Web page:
Candles and their colour meanings
Candles are a vital part of the advent wreath, but how you choose your colours depends on whether you favour tradition or design.
Historically, purple is the colour of the advent candle for the first, second and fourth Sundays of advent. These might be called the Prophecy Candle or Candle of Hope on the first Sunday, then the Bethlehem Candle or Candle of Preparation on the second Sunday, and the Angel Candle or the Candle of Love on the fourth Sunday. The third candle is usually pink, and is called the Shepherd Candle or Candle of Joy, while the fifth and final candle is white and is known as the Christ Candle.
A traditional advent wreath is therefore rich in colour and symbolism. However, for a more pared-back and modern wreath, you may prefer to stick to white candles, which look more contemporary and work with all kinds of interior design.
Other supplies for a DIY Christmas wreath
Once you’ve chosen the candles for your DIY Christmas wreath, it’s time to think about the body of the wreath itself. You can buy pre-prepared bare straw wreaths as a foundation, which is the best way to make sure the wreath is strong enough to hold your candles.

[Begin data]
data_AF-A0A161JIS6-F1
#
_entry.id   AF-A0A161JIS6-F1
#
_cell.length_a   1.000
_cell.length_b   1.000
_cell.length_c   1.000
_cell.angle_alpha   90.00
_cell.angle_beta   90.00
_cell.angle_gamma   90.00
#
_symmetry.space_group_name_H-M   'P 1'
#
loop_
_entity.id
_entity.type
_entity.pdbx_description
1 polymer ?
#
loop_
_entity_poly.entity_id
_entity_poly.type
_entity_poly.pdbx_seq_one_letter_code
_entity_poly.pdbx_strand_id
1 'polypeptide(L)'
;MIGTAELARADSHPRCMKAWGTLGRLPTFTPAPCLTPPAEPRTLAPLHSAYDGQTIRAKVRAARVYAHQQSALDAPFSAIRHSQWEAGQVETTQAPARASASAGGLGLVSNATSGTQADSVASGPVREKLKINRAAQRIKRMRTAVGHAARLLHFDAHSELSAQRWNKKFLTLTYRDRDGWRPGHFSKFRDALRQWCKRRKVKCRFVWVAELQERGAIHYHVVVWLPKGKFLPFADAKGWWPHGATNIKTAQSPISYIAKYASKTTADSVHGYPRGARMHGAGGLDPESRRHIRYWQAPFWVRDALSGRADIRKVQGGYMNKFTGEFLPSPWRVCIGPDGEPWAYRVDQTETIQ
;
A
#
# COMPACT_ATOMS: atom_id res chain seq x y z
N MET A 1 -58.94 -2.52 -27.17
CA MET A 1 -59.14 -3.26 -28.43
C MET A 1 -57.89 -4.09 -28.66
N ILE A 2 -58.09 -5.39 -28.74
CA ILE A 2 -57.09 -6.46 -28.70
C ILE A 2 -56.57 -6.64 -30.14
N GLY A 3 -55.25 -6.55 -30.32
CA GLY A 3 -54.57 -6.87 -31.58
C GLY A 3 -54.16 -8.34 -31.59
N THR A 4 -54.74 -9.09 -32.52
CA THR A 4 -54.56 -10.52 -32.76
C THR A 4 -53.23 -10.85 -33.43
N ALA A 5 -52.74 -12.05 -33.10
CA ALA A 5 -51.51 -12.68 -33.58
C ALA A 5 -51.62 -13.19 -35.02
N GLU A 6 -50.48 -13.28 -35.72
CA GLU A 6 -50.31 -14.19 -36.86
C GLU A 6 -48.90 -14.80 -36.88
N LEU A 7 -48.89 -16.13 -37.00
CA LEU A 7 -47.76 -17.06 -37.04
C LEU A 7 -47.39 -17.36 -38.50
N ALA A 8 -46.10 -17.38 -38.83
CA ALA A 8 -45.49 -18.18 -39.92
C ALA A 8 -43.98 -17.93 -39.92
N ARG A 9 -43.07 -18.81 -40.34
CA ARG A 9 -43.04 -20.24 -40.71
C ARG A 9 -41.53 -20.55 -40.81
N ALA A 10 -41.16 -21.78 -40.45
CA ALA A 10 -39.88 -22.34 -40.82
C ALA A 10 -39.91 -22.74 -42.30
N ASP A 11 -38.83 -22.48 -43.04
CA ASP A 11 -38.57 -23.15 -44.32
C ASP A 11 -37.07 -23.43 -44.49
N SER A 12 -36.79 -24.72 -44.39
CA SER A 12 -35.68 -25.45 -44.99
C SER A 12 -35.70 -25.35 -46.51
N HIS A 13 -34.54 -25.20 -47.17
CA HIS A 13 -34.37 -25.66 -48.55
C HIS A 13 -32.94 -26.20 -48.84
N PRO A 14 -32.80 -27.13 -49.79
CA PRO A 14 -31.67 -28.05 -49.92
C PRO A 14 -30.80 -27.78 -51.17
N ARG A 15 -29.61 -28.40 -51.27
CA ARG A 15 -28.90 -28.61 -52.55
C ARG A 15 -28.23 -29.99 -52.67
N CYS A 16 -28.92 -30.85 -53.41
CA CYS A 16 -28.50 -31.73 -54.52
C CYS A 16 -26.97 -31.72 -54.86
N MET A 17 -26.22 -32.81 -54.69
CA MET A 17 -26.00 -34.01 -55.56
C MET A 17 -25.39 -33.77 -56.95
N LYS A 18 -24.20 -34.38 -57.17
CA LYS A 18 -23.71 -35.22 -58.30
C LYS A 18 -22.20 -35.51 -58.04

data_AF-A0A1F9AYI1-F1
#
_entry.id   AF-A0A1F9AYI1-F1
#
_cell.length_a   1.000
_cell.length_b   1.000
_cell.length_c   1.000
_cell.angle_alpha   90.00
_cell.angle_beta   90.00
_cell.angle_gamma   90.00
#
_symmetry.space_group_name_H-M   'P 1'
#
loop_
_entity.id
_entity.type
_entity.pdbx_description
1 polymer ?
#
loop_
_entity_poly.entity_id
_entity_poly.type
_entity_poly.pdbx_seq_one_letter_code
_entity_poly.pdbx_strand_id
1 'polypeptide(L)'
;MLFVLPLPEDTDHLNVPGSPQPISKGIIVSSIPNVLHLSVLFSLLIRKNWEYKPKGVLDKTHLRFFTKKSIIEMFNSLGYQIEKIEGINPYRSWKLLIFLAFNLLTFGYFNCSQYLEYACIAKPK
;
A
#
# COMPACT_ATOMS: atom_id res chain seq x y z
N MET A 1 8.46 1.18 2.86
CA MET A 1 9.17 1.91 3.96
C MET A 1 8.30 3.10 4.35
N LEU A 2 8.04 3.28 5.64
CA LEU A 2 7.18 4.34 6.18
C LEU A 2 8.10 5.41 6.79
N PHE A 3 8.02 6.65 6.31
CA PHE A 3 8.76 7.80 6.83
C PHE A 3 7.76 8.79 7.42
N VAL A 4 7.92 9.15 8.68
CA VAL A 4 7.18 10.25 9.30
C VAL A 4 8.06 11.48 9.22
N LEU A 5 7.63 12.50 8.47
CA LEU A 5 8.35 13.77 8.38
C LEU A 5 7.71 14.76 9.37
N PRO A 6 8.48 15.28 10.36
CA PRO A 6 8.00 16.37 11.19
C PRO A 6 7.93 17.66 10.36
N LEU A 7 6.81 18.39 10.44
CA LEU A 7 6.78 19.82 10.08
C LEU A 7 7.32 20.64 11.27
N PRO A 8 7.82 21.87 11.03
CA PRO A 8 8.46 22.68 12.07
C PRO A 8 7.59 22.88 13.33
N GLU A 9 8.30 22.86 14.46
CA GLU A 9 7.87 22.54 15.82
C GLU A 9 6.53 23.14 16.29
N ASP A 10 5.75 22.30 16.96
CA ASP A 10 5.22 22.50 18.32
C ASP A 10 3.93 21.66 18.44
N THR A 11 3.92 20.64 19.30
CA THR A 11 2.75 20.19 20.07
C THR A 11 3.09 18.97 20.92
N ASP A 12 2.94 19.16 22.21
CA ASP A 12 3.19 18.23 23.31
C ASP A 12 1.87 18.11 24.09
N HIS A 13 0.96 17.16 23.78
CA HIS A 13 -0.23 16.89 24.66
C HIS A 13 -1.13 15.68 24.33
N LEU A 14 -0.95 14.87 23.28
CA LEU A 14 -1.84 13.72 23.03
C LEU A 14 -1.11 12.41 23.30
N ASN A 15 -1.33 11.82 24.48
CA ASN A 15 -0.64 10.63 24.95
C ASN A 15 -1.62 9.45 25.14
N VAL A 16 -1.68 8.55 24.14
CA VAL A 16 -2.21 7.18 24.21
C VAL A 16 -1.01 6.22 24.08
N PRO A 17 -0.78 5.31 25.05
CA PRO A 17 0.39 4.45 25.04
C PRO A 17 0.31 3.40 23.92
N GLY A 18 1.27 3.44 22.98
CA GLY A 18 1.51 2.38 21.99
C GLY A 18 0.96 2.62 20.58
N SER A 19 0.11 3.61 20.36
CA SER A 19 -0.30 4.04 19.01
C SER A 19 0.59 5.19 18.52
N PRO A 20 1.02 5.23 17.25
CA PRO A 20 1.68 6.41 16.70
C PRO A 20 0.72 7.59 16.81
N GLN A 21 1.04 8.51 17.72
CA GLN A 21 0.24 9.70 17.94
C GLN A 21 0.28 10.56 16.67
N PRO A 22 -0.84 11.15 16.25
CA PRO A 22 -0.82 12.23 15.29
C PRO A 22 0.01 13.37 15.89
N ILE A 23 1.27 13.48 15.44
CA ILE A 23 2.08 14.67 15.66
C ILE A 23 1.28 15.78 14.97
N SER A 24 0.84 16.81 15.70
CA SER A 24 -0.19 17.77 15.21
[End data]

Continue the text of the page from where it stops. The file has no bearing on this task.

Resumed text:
You can then customise your wreath by adding wintery foliage, for example pine twigs, holly leaves and berries. These ingredients don’t need to be real – indeed, fake versions will work just as well and last longer. If you want, you can also gather seasonal finishing touches like stars, snowflakes, bells and ribbons for extra decoration.
Finally, you’ll need some practical bits and pieces that help to hold the whole thing together. Gold thread, thin pliable wire, glue and string are all useful when it comes to assembling your wreath.
Creating and using your wreath
Now all you need to do is bring all the elements together. Once you’ve wrapped your wreath thoroughly in greenery, you can secure the candles with wire and then add all your other elements around them.
Lighting the candles should be done every Sunday in the lead-up to Christmas, beginning on the fourth Sunday before. After the holidays, you can remove this year’s candles and store your advent wreath for next year.
Christmas wreath ideas that reflect the aesthetic of your home or your personality are growing in popularity. Therefore, whether you go the traditional route or opt for a more modern design in creating your DIY Christmas wreath, the most important thing is that your holiday decorations feel personal to you and your home.